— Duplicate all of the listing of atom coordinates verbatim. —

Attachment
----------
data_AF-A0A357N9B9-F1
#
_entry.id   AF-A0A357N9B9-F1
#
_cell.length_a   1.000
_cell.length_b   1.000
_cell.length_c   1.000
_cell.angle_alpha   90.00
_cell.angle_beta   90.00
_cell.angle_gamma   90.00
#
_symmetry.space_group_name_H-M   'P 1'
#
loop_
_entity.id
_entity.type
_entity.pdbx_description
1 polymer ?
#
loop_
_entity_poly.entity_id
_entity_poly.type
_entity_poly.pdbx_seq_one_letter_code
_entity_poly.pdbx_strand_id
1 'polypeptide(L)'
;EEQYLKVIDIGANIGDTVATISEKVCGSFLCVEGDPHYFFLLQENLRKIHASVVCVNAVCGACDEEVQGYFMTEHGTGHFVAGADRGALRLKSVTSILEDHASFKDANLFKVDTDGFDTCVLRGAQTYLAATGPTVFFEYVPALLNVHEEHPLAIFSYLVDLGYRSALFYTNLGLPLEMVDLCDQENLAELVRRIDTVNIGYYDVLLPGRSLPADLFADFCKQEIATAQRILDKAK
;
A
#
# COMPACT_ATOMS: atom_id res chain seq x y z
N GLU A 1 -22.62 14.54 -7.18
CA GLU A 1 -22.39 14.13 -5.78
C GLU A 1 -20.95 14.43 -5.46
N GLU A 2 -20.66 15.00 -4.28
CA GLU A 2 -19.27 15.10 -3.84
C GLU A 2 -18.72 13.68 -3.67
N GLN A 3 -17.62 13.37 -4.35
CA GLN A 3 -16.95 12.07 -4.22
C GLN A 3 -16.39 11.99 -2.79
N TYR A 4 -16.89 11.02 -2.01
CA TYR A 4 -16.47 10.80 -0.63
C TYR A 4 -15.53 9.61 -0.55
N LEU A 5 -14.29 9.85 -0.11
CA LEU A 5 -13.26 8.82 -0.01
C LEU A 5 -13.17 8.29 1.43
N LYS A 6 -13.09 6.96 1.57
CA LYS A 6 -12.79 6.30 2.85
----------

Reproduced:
data_AF-A0A357N9B9-F1
#
_entry.id   AF-A0A357N9B9-F1
#
_cell.length_a   1.000
_cell.length_b   1.000
_cell.length_c   1.000
_cell.angle_alpha   90.00
_cell.angle_beta   90.00
_cell.angle_gamma   90.00
#
_symmetry.space_group_name_H-M   'P 1'
#
loop_
_entity.id
_entity.type
_entity.pdbx_description
1 polymer ?
#
loop_
_entity_poly.entity_id
_entity_poly.type
_entity_poly.pdbx_seq_one_letter_code
_entity_poly.pdbx_strand_id
1 'polypeptide(L)'
;EEQYLKVIDIGANIGDTVATISEKVCGSFLCVEGDPHYFFLLQENLRKIHASVVCVNAVCGACDEEVQGYFMTEHGTGHFVAGADRGALRLKSVTSILEDHASFKDANLFKVDTDGFDTCVLRGAQTYLAATGPTVFFEYVPALLNVHEEHPLAIFSYLVDLGYRSALFYTNLGLPLEMVDLCDQENLAELVRRIDTVNIGYYDVLLPGRSLPADLFADFCKQEIATAQRILDKAK
;
A
#
# COMPACT_ATOMS: atom_id res chain seq x y z
N GLU A 1 -22.62 14.54 -7.18
CA GLU A 1 -22.39 14.13 -5.78
C GLU A 1 -20.95 14.43 -5.46
N GLU A 2 -20.66 15.00 -4.28
CA GLU A 2 -19.27 15.10 -3.84
C GLU A 2 -18.72 13.68 -3.67
N GLN A 3 -17.62 13.37 -4.35
CA GLN A 3 -16.95 12.07 -4.22
C GLN A 3 -16.39 11.99 -2.79
N TYR A 4 -16.89 11.02 -2.01
CA TYR A 4 -16.47 10.80 -0.63
C TYR A 4 -15.53 9.61 -0.55
N LEU A 5 -14.29 9.85 -0.11
CA LEU A 5 -13.26 8.82 -0.01
C LEU A 5 -13.17 8.29 1.43
N LYS A 6 -13.09 6.96 1.57
CA LYS A 6 -12.79 6.30 2.85